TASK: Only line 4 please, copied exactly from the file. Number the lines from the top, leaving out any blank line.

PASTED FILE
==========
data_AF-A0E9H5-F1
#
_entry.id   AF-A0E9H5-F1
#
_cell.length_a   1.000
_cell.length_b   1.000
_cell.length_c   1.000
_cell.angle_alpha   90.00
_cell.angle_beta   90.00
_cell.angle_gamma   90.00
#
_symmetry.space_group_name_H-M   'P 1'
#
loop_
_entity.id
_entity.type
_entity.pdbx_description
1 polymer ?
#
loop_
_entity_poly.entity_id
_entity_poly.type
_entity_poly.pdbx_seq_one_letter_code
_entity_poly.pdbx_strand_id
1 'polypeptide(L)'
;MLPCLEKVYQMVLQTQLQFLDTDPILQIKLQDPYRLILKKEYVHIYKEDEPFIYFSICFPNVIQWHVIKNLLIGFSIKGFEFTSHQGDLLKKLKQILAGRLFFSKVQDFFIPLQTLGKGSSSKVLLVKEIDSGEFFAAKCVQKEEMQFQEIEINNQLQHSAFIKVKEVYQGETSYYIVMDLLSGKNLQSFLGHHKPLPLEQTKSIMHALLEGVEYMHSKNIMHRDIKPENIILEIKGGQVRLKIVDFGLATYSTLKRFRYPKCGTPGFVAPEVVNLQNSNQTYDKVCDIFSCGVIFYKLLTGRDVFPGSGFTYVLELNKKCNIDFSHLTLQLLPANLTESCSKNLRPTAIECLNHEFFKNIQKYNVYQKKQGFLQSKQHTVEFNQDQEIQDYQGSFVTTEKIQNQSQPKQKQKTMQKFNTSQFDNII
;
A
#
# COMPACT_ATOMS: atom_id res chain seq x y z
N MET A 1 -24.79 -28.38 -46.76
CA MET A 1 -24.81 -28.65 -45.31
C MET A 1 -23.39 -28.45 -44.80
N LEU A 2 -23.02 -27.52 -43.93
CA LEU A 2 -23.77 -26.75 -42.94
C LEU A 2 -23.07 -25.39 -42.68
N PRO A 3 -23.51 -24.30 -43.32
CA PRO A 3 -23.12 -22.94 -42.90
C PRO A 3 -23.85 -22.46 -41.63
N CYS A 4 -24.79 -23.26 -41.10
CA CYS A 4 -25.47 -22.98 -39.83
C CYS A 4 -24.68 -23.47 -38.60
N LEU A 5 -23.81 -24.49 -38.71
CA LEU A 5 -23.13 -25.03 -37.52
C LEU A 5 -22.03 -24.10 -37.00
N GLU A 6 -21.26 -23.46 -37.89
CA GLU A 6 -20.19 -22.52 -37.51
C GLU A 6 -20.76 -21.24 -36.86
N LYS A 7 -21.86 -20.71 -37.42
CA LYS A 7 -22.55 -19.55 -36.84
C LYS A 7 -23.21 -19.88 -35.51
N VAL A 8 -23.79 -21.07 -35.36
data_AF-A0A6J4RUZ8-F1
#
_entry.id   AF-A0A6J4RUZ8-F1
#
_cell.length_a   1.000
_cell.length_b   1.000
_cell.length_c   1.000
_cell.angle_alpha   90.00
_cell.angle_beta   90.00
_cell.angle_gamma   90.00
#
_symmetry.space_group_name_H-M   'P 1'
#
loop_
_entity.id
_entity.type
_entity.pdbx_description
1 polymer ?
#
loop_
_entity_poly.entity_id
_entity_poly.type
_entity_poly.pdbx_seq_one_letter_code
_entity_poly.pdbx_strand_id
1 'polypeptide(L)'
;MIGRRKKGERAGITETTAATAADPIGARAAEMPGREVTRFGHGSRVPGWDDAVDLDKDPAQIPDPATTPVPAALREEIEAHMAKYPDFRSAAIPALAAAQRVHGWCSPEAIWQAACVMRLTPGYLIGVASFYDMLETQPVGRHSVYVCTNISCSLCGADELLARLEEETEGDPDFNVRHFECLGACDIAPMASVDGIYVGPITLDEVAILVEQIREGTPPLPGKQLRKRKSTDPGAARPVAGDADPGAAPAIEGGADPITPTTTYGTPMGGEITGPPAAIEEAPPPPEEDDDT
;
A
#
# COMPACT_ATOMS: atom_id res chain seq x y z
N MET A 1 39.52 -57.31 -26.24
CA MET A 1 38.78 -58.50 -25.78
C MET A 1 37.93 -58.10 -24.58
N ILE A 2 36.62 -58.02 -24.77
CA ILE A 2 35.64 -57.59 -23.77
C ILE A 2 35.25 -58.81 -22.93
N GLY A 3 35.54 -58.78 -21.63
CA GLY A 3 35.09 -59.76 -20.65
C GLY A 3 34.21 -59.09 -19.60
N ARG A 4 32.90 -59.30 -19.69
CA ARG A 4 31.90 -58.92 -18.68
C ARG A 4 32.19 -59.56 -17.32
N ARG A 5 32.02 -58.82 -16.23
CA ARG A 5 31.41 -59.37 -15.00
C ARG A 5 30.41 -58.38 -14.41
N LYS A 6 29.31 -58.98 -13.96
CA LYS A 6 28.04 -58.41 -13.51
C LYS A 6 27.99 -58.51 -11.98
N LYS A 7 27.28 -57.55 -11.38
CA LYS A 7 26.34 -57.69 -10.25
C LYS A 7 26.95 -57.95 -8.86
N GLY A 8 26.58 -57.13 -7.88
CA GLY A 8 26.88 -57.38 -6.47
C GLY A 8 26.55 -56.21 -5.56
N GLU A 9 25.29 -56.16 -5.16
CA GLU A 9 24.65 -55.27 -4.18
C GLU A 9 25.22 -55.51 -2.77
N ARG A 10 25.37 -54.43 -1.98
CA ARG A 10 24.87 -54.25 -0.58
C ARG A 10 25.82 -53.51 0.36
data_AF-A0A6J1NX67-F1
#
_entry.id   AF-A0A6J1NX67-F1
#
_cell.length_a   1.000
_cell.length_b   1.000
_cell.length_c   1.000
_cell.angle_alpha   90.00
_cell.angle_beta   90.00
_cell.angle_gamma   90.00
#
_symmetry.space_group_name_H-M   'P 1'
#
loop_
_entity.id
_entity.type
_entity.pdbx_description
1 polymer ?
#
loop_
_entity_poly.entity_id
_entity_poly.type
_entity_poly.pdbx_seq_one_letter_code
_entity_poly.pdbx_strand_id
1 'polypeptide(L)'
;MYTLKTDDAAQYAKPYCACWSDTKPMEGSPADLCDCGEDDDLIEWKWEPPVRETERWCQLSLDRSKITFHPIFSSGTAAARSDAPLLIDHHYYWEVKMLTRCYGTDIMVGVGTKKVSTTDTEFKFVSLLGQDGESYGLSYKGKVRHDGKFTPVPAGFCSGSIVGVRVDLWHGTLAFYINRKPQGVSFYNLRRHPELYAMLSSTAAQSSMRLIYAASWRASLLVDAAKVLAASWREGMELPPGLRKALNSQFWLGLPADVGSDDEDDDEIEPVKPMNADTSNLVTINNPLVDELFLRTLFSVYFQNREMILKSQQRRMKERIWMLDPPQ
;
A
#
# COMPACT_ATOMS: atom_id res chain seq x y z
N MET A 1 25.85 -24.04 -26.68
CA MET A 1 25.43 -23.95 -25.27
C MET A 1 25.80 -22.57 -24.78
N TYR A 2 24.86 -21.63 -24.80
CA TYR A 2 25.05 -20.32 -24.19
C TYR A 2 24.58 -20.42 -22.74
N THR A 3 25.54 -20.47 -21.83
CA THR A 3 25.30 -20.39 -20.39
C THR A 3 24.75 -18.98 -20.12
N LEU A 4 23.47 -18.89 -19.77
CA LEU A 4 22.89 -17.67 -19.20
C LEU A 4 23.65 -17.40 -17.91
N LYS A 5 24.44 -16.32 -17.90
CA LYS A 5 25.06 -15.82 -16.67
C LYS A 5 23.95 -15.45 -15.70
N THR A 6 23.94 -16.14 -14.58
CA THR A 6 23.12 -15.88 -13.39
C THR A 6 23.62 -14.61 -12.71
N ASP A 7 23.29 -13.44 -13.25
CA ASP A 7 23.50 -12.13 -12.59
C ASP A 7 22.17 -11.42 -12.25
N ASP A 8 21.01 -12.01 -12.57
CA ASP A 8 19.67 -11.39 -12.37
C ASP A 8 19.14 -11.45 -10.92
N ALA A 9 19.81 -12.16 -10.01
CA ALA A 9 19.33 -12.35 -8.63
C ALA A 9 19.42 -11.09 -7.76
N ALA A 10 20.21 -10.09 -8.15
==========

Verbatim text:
#